Mean and SD can be worked out only if the data is on:
|A||Interval / Ratio scale|
One can CLASSIFY THE DATA into two broad categories:
i. Qualitative data
ii. Quantitative data
A. Qualitative data
Also known as discrete data. It is composed of only certain values and none in between like 3 or 4 but not anything in between. It is classified only by counting the variables (e.g. individuals) having the same characteristics e.g.
Qualitative data are either Nominal or Ordinal
In qualitative data people with same characteristic are counted to form specific groups or classes e.g.
v. Males etc.
vi. Pharmacology: to find the action of a drug
vii. Clinical practice: to test or compare efficacy of a drug/vaccine/treatment
viii. Demography: to find births/deaths/stillbirths etc.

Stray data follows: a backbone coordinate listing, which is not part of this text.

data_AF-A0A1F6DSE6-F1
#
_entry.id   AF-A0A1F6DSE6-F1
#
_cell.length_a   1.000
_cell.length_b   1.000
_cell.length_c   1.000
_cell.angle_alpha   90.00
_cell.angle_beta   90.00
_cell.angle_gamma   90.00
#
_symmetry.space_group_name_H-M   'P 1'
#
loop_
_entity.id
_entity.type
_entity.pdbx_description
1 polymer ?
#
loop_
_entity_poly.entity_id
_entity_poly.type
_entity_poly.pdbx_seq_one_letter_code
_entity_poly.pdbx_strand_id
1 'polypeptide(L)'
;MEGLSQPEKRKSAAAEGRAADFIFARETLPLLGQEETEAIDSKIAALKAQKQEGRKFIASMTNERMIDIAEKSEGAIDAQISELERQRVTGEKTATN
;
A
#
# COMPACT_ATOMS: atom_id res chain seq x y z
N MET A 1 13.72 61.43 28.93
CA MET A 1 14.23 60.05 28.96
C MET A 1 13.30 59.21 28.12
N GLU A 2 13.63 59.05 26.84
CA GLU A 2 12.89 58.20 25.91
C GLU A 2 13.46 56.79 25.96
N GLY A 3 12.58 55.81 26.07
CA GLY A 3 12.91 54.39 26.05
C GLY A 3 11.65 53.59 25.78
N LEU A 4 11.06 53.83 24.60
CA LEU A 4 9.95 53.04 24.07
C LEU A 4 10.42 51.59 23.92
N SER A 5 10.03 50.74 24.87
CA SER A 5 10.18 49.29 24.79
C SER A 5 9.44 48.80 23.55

ix. No of patients in the ward
The results obtained from qualitative data are expressed as any of these:
The statistical methods commonly employed in analysis of qualitative (discrete) data are:
a. Standard error of proportion
b. Chi-square test
B. Quantitative data
It is also known as continuous data. Discrete (qualitative) data can take only certain values, and none in between if the data can take any value; it is called continuous (quantitative) data. Most biomedical variables are continuous e.g.
- Blood pressure
Quantitative data can be either an Interval or Ratio variable and are summarized as Mean, SD or Correlation Coefficient.
The statistical methods commonly employed in analysis of quantitative (continuous) data are:
i. T test
ii. Z test
iii. F test
Finite, discrete variable
Infinite, continuous variable
Magnitude – scale
Summarized as Rate, ratio, proportion
Summarized as Mean, SD, correlation coefficient
Bar, pie, pictogram, spot map
Histogram; Frequency polygon; Line diagram, Scatter diagram
Answer to question is in Yes / No
Answer to question is an quantitative value with unit